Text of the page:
What is a person?
When Orthodox sign themselves they do so with their fingers arranged in a way that commemorates the three persons in one substance of the Trinity and the two natures in one person of Christ. The notion of ‘person’ is obviously basic to the thought of the Church. But what does it mean?
A standard definition was given by Boethius, according to whom a person is ‘the individual substance of a rational nature’ (naturae rationabilis individua substantia). More fully, Locke regards a person as ‘a thinking intelligent being, that has reason and reflection, and can consider itself as itself, the same thinking being in different times and places.’ While these definitions are a bit abstract, most people would probably agree that they more or less correspond to what they think a person is. But it is possible that the Church has something different in mind.
The terminology used in classical discussions about the Trinity and Christ is not entirely consistent, but word translated ‘person’ is frequently the Greek word prosopon (the package I’m using is not friendly to the Greek alphabet; Lampe’s Lexicon p. 1187f provides an intimidating amount of detail on its usage.) The literal meaning of prosopon is ‘face’ or ‘countenance’, and the word is made up of two Greek words, pros (to, towards) and ops (eye, face). So the word expresses an understanding that one’s identity as a person arises from being in front of the face of another, of relatedness to other persons. This is true of the Three who constitute the Trinity, two of whose persons, the Father and the Son, take their names from their relationships, and given that humans are persons as well, it will also be true of us. ‘It is the potential which constitutes man, the potential to be opposite someone or something, to have one’s face towards someone or something, to be a person. It is the potential to say “I”, addressed to “you”, to converse, to share.’ (Christos Yannaras) Hence, as Rowan Williams expresses Yannaras’ thinking, ‘[t]he reality or unreality of entities depends on their relatedness or non-relatedness to persons…Personhood is not a part of human nature, it defines nature…’ (in Sobornost6 1972, 417). Or, as Levinas expresses the thought of Martin Buber, ‘Man does not meet, he is the meeting.’ (warm thanks to Neil P for this quotation.)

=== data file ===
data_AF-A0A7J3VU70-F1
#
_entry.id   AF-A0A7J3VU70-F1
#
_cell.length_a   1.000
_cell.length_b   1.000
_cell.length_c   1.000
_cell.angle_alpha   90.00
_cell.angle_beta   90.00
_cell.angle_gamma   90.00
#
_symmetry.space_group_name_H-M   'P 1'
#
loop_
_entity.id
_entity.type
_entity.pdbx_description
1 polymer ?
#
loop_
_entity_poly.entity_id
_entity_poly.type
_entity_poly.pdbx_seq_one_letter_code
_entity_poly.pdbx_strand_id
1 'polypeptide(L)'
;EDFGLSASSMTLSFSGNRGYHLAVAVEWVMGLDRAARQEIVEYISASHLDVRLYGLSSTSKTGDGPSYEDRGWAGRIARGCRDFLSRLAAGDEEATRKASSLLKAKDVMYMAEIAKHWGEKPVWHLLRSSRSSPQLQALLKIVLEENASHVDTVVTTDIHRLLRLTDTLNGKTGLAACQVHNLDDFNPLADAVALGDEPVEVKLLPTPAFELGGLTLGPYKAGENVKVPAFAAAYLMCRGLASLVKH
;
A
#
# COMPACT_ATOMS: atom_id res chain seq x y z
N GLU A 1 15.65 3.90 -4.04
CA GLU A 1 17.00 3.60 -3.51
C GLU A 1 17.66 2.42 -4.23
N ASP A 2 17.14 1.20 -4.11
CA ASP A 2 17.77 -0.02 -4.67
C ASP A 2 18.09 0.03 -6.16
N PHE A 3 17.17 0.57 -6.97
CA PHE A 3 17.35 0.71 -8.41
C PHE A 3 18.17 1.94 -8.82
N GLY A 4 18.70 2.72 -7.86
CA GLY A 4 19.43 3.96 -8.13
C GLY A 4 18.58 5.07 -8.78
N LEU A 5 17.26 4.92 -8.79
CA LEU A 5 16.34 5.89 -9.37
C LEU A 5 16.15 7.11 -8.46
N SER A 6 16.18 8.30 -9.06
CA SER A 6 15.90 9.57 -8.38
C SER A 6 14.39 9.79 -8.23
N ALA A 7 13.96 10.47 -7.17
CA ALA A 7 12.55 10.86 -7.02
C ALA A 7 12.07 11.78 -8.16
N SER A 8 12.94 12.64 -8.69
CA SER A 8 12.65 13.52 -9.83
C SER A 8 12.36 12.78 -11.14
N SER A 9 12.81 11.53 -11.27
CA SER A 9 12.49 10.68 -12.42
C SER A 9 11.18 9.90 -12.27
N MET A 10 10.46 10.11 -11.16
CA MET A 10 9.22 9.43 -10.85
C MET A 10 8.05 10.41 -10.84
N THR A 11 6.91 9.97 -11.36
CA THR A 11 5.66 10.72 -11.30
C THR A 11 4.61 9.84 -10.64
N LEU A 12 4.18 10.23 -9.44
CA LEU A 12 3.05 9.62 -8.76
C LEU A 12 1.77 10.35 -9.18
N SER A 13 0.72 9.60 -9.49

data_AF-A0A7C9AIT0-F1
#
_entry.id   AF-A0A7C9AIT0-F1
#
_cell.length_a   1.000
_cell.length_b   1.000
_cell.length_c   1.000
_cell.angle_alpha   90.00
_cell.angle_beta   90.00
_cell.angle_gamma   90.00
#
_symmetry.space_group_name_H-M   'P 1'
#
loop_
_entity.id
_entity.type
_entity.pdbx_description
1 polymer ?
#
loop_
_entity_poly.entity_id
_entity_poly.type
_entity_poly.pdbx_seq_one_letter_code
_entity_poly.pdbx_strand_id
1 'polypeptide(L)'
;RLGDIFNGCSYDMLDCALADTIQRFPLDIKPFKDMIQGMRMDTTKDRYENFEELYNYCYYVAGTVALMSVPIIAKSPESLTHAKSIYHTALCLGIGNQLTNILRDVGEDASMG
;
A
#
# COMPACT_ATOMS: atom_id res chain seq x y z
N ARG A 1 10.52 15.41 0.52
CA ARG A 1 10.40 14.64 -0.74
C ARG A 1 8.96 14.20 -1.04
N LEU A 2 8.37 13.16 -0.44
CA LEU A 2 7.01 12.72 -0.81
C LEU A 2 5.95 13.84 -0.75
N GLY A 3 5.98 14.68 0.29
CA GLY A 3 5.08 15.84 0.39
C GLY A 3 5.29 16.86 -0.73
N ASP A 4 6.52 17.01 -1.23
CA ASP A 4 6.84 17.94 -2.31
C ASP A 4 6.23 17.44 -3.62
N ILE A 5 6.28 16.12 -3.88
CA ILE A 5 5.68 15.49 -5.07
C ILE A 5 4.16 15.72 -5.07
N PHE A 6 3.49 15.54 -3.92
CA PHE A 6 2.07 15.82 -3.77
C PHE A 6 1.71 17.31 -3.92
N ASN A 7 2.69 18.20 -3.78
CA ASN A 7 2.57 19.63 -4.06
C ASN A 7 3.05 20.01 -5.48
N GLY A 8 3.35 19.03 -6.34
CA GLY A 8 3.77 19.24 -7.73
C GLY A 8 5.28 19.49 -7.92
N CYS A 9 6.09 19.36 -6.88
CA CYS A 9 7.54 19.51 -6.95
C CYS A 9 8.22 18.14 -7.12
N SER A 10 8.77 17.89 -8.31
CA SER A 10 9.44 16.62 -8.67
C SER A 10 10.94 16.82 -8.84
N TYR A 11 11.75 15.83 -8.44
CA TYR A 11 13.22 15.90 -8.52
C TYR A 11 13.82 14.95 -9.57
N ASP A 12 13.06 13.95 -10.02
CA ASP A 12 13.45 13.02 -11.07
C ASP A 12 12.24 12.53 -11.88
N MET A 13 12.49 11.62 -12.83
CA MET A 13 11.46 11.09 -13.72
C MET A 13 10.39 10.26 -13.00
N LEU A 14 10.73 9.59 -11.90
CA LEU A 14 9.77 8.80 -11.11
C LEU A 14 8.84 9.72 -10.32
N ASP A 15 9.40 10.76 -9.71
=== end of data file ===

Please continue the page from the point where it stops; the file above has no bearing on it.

Doubtless it would be possible to take this line too far. A significance latent in its etymology need not be present in the consciousness of people who use a word; and l wonder whether there must be something about persons independent of their relatedness to others (otherwise, what exactly would it be that is doing the relating?) But such an understanding of what being a person involves has deep implications, not least in the way we deal with other people.
This post is published on a day of danger and sorrow for the people of Brisbane and the surrounding region. May the damage be limited, and restoration swift!